How to Optimize Your Manufacturing –
3 Tips to Avoid a Production Standstill

By Rackbeat December 13, 2023

If there’s one thing that truly gives manufacturing managers gray hair during the day and nightmares at night, then it is production delays. After all, you largely depend on delivering the goods on time so that your customers are satisfied, spread the good word and return for more. That’s why it’s so important to minimize those painful periods when the wheels come to a halt.

Coincidences you can hardly guard yourself against can throw a wrench into the machinery – such as staff illness or a malfunctioning machine. But you do have areas where your direct involvement can determine whether the music stops on the production floor or if everything plays smoothly.

Therefore, we have gathered 3 topics that significantly impact whether your manufacturing is at risk of hitting a brick wall: Planning, flexibility and inventory management. By implementing the tips related to these topics, you will optimize your manufacturing processes and reduce periods of production halts.


1. Process Analysis and Planning: Streamline Your Manufacturing

The first thing you can do to optimize your manufacturing is to conduct a careful analysis and planning of all stages in the manufacturing process. By scrutinizing the different phases, you can rather easily optimize your manufacturing and identify possible causes of production halts.

When you lay out all the steps in the manufacturing process, you can, for example, look at systematizing the reception of raw materials, production line work, quality control, picking, packing and shipping. It would also be very conducive if you created a clear and updatable overview of things such as:

Who handles which production orders, when production starts and is expected to be delivered and where the different components are located in the warehouse.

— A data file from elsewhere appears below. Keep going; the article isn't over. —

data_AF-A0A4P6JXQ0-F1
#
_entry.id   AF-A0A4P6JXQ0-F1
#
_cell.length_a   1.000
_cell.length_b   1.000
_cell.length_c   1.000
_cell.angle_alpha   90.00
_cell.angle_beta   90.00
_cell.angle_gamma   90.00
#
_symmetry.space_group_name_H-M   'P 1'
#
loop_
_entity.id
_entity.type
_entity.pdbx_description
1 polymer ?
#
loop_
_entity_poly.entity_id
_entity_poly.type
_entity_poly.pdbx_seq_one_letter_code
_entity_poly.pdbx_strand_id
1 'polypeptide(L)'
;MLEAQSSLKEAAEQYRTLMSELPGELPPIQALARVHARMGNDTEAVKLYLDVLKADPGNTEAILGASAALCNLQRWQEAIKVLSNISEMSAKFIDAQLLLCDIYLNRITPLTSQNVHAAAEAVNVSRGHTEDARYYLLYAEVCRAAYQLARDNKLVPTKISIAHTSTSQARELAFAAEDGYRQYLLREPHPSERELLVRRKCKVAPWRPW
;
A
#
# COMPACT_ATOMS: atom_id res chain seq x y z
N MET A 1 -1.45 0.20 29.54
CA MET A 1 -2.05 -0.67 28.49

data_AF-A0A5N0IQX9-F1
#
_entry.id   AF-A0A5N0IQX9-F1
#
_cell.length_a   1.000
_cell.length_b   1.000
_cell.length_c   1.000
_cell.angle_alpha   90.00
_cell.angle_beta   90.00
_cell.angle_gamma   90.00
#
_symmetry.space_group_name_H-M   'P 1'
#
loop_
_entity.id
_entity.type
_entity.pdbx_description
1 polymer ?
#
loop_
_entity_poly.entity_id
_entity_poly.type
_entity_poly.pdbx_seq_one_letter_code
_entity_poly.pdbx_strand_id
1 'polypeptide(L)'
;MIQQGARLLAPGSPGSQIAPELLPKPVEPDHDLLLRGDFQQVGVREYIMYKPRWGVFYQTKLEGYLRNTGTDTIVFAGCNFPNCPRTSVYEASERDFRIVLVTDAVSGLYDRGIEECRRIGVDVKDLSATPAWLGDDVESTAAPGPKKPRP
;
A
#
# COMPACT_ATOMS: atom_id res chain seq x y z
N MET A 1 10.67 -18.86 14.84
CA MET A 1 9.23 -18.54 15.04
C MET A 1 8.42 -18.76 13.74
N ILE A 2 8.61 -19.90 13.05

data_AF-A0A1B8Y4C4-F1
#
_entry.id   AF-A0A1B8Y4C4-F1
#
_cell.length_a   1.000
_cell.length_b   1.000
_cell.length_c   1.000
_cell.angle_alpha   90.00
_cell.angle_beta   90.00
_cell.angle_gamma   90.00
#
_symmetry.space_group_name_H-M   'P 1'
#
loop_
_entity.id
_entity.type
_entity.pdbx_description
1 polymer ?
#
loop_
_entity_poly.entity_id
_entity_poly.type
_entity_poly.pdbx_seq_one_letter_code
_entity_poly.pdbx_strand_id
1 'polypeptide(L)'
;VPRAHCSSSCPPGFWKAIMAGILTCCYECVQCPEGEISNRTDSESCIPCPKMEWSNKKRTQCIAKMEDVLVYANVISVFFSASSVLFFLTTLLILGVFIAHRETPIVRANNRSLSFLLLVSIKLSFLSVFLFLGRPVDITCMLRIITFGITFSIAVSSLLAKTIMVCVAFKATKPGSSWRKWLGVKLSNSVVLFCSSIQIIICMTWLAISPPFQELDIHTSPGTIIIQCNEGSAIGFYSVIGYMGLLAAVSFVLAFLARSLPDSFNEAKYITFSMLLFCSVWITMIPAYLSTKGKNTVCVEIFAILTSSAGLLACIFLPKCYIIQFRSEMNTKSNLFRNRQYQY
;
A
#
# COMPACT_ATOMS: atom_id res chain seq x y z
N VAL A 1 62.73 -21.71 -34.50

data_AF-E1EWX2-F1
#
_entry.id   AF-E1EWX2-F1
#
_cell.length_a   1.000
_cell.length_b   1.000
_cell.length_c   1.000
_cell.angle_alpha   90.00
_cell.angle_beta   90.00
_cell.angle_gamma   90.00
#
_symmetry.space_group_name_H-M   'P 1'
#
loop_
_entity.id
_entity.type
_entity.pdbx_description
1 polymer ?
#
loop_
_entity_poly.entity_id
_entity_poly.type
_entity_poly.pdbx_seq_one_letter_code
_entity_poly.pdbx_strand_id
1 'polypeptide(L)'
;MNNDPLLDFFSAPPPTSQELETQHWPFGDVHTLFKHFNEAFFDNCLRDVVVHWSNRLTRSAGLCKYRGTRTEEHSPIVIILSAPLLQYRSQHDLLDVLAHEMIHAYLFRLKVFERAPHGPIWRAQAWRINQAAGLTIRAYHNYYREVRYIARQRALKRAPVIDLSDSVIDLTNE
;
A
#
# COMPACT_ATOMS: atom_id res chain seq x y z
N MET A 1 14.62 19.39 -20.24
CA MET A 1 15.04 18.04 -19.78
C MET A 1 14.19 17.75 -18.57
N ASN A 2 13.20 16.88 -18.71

Another thing that will streamline the planning of your manufacturing is to look at your resource allocation. That is – how resources such as labor, machinery and materials are used at each production stage. This allows you to assess whether you could, for example, redistribute some resources to achieve a better output.

The third, but perhaps most important, item on the agenda is identifying bottlenecks that can lead to a production standstill. And here, not having enough raw materials at your disposal is probably number 1 on the list of production obstacles. To overcome this challenge, ensure that you track the use of raw materials and set a minimum inventory quantity for each item. In doing so, you have a much better chance of ordering enough raw materials to assemble the finished product and delivering your production order on time.

Another thing needed to deliver the goods is flexibility.


2. Flexibility: Prepare for the Future

In a dynamic world with changing consumer habits, it’s a good idea to design your production processes with built-in flexibility. This allows you to quickly adapt to changes in demand or variations in the products your customers are seeking.

If, for example, you manufacture clothing, you know how quickly trends and consumer habits can change. Most companies in this sector have traditionally had a fixed production line that manufactures a specific range of clothing based on predictions about seasonal trends. However, as consumer preferences change very rapidly, traditional production methods are no longer sufficient in many cases.

One way a clothing manufacturer could implement a more flexible production structure is by investing in robot-based production cells that can be adapted to different sewing techniques and materials within minutes. This allows the company to switch production from one season trend to another without significant production stops.